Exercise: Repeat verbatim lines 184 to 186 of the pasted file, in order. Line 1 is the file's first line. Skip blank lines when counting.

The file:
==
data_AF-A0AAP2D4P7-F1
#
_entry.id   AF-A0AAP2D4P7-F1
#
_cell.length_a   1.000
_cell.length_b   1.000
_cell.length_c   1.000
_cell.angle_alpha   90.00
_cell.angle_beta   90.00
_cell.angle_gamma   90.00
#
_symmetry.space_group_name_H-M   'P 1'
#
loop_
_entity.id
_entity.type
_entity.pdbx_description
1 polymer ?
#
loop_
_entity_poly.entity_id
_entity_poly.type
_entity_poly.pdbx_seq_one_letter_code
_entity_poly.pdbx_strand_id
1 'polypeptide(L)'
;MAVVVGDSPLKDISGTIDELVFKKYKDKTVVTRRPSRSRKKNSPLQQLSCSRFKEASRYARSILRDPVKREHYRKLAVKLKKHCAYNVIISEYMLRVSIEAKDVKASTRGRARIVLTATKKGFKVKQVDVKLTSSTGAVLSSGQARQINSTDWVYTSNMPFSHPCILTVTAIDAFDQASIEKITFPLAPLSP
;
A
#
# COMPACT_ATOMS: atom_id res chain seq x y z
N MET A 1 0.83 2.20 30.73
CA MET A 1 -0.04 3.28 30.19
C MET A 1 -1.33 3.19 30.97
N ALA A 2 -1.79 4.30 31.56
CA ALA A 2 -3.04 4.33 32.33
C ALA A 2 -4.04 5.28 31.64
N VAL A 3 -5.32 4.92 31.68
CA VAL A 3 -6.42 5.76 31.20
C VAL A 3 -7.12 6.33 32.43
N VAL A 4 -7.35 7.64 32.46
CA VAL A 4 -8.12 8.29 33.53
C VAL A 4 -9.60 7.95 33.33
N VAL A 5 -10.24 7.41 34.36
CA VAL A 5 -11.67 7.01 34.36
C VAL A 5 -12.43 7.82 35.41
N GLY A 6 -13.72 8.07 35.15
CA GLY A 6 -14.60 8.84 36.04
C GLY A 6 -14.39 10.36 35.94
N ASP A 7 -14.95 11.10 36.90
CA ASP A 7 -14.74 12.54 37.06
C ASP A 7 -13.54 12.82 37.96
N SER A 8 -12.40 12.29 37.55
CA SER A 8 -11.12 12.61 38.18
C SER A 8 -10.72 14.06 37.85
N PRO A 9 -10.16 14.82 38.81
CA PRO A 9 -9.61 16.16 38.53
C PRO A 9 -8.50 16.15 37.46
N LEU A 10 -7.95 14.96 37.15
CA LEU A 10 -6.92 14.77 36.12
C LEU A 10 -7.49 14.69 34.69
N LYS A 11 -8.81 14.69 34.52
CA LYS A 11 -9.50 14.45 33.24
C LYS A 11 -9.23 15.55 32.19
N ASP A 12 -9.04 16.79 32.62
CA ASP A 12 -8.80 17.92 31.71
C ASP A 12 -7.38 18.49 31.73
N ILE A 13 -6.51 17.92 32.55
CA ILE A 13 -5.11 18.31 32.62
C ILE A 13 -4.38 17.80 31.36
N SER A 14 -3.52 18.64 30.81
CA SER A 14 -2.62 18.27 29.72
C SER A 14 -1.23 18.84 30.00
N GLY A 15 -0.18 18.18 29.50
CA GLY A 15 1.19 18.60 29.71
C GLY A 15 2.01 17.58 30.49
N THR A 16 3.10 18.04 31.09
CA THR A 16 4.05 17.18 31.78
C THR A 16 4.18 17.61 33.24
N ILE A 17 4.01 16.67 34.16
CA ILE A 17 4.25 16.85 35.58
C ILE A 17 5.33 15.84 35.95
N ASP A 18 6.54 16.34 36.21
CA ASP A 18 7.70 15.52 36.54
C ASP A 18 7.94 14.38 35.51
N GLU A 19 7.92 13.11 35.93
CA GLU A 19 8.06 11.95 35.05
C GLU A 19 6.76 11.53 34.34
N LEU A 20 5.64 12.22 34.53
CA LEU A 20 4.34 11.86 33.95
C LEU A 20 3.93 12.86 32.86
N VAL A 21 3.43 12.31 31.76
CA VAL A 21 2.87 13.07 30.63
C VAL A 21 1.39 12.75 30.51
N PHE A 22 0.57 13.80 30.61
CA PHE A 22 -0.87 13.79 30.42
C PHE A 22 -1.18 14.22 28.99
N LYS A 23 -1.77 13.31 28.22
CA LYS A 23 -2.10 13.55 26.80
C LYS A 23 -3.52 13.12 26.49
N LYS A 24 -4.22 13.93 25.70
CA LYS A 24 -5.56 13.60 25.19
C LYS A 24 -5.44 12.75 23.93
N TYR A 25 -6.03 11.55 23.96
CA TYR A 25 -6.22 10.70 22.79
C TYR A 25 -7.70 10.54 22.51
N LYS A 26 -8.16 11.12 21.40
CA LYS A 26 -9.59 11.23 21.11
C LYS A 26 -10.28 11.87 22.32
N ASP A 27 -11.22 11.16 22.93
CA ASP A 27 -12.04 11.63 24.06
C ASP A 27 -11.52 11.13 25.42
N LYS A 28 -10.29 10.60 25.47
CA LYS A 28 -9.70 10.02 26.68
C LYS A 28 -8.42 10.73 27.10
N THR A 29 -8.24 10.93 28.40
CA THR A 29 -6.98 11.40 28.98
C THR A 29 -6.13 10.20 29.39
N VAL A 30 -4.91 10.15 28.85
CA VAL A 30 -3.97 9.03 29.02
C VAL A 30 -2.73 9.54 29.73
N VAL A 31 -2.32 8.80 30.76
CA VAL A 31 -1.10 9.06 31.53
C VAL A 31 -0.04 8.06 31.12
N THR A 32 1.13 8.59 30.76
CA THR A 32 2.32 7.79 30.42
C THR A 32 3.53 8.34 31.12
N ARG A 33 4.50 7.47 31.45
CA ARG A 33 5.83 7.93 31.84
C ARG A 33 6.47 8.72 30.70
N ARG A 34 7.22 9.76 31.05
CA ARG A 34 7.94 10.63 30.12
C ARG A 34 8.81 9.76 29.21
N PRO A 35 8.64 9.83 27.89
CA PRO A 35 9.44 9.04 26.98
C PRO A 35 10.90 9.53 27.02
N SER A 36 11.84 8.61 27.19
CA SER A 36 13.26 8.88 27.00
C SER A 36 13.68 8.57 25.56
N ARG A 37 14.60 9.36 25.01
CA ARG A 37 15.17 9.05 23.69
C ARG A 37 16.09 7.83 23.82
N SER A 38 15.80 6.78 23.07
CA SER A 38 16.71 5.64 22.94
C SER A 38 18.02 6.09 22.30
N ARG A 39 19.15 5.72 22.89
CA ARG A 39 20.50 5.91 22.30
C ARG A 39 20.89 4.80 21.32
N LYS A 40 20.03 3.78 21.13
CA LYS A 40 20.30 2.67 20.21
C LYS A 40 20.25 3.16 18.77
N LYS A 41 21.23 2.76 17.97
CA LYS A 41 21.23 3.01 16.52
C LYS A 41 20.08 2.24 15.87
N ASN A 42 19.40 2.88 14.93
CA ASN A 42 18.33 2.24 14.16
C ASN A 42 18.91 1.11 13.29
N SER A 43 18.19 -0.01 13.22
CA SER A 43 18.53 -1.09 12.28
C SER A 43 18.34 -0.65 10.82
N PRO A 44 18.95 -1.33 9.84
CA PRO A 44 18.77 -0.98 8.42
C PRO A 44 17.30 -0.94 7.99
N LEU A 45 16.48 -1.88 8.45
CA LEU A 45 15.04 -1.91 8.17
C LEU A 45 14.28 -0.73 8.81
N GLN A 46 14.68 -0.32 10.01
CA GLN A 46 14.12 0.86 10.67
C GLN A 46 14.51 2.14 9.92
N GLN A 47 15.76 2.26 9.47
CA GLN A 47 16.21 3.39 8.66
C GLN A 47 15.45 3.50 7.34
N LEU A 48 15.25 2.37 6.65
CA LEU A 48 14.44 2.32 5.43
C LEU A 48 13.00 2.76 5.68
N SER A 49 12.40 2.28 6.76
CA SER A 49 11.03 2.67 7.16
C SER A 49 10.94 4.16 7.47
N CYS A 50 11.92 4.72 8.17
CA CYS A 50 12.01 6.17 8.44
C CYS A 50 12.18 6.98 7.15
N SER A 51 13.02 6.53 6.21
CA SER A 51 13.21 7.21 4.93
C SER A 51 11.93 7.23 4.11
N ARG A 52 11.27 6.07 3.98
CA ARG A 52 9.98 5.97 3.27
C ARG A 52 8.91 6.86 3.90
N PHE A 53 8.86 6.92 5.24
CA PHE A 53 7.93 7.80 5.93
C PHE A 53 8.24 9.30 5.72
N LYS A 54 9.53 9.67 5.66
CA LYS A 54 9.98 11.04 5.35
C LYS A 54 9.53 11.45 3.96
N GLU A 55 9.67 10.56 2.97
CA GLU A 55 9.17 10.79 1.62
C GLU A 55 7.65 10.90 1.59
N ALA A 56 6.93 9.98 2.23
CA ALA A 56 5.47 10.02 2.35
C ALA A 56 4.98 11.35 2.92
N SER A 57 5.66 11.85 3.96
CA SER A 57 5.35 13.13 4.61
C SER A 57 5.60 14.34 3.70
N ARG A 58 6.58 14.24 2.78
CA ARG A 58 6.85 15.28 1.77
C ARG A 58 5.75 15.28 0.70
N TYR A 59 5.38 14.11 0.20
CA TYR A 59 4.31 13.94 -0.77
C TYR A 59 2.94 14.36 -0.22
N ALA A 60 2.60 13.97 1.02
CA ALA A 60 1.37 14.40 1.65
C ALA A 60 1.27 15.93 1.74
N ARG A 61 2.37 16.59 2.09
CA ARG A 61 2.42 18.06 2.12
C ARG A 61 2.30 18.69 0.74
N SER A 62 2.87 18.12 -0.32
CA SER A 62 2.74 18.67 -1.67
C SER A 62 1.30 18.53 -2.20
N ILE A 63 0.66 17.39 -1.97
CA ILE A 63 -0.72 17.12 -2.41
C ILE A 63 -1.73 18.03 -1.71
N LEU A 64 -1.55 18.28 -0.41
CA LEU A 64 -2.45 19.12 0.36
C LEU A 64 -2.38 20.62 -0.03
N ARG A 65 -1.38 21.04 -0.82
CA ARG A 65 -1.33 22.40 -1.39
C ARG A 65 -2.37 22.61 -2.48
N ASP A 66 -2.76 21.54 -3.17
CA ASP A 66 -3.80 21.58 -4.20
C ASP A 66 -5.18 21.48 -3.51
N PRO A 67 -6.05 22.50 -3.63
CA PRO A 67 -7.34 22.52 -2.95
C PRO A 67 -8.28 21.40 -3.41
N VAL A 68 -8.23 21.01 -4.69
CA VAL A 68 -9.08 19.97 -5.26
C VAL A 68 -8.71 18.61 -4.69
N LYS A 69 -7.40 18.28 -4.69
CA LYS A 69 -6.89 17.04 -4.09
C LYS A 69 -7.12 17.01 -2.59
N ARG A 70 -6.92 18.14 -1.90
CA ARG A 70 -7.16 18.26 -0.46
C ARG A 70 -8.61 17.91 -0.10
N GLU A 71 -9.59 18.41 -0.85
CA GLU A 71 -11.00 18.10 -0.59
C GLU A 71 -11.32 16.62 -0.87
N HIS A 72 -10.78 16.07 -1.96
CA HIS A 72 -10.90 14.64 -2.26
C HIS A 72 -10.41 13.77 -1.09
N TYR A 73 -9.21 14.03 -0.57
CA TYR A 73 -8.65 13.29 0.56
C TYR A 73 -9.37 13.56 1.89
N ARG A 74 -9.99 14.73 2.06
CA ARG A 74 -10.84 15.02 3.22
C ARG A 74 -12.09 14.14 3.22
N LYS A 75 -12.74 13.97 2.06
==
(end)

N ARG A 52 11.27 6.07 3.98
CA ARG A 52 9.98 5.97 3.27
C ARG A 52 8.91 6.86 3.90